Artists Art Issues Exhibitions About Us Search

Curatorial Practices
How to Coexist? Contemporary Art and Topobiographies from Valparaíso
by Paulina Varas Alarcón

Bookmark and Share

Contemporary Art and Topobiographies from Valparaiso*

When does one create a concept, an affect, a precept? When through one’s creation, one initiates a process of transformation in a given situation of which one is a constituent part. There is no situation without us, and no us without a situation. Situation is a certain consistency of affections in time-space, determined by an endless number of
known and unknown causes.


This text stems from three situations concerning reflection on contemporary visual arts in the port city of Valparaí­so, Chile.

The first has to do with a part of the city’s cultural history, regarding the International Art Biennial held in Valparaí­so during the 70s and 80s --an anomalous event in the Chilean art system that never became a reference in art production, since it lacked criticality in attempting to establish a contemporary discourse that could situate the country’s new visual production.

The second situation concerns a curatorial project that was exhibited on three occasions in 2008 and reflects on the circumstances surrounding the Valparaí­so Art Biennial. Five Valparaí­so artists were invited and their work focused on the dialectic of poetics-politics. The core aim of the project was to raise questions on the idea of poetics as part of a poetic-object tradition in the city, while also referring to current municipal cultural policies, which seek to shape an urban imaginary by transforming it into an destination-object of desire for cultural industries. This issue poses a problem in view of the upcoming third version of the 2010 Universal Forum on Cultures in Valparaí­so.(2)

A third situation involving the visual arts in Valparaí­so is the CRAC (Residence Center for Contemporary Artists) project, which raises thoughts on contemporary art and its links to the public sphere through artist residencies in the city. It is a means of networking with a series of other spaces "preferably independent-- in the Ibero-American context. CRAC promotes reflection on the conditions in which contemporary art is produced and disseminated in the context of a city that is considered Chile’s Cultural Capital and a UNESCO World Heritage site (2003). These two designations have been questioned not only by the Valparaí­so’s art scene but by a number of social agents and citizens belonging to various civic groups.


The First Valparaí­so International Art Biennial was inaugurated on September 6, 1973 at the Municipal Museum of Fine Arts. At the time a number of foreign vessels were moored in the port, in what was certainly an unusual sight for a date that will remain recorded in our complex national political-cultural imaginary.(3)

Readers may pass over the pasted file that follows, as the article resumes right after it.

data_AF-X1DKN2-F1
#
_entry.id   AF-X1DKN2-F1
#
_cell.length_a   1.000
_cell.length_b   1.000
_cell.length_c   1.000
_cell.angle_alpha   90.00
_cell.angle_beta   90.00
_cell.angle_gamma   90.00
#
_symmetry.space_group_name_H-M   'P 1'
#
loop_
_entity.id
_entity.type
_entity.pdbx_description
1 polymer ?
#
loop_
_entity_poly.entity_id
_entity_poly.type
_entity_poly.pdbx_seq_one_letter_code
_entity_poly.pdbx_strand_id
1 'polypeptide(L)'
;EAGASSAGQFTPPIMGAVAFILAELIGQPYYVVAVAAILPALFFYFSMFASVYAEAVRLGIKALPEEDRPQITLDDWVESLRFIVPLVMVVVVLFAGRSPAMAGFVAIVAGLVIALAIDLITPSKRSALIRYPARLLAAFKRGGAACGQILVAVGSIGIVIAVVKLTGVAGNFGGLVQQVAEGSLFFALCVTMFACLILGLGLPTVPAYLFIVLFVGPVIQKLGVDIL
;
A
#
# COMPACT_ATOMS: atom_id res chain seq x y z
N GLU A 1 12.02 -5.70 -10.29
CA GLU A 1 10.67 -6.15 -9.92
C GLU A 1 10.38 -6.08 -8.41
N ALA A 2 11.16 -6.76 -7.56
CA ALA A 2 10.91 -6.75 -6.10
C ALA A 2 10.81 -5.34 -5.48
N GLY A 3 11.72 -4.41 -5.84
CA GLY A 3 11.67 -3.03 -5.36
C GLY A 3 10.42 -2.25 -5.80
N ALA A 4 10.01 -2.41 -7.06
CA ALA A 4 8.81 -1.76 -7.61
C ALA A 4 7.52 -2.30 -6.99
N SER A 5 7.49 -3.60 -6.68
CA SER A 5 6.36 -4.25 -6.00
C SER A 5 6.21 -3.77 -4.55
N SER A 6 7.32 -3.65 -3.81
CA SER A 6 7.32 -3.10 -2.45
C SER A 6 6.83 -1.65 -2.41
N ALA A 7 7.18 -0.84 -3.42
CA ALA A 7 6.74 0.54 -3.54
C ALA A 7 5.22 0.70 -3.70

The first Valparaí­so Biennial was closed down five days later " following the military coup of September 11 "and reopened on October 15 of the same year under different management. The Biennial followed its course for more than 20 years, always using the Municipal Museum as its main venue and extending to other points in the city depending on spatial requirements. A national and international call for participation was issued every two years, the winners of which donated their work to the Museum’s contemporary art collection. Each Biennial had a catalogue listing most of the participants and detailed information on the winning entry. Upon looking at the cover of each Valparaí­so Biennial catalogue one can understand how the “politics of representation”turned into the “representation of municipal politics”. In Valparaí­so we all know that after the last International Art Biennial the municipality was to undertake its new “cultural project”: nominating the city for UNESCO World Heritage designation. This further complicates the relationship between art, city and politics and should make one question the identity of this heritage site in Valparaí­so. As José de Nordenflycht has pointed out, “It is not just metaphorical to say that a heritage site is not always a pleasant site; in fact the analytical value of this observation lies in that today questions on the site await a response to an unease at several levels that do not always converge”.(4) He goes on to ask: what role does heritage play in the process of a knowledge that questions power? What is the role of heritage in the contemporary debate on cultural production? A cultural production that necessarily calls for dissent in pointing out a complex, varied cultural fabric, is the same dissent that lies in that unease that the author refers when he speaks of the site and that determines a city’s topo-biography. There is an understanding that a place of residence has a bearing on individual and collective life, and that intimacy can only be known by what we understand as a public sphere that is activated in a city. This is complemented by other ways of viewing, experiencing and understanding cultural practices outside their traditional spaces, which provide the possibility of responding to collective conflicts and individual biographies, as a means of understanding where we live.

1 of 3 pages     next page

back to issues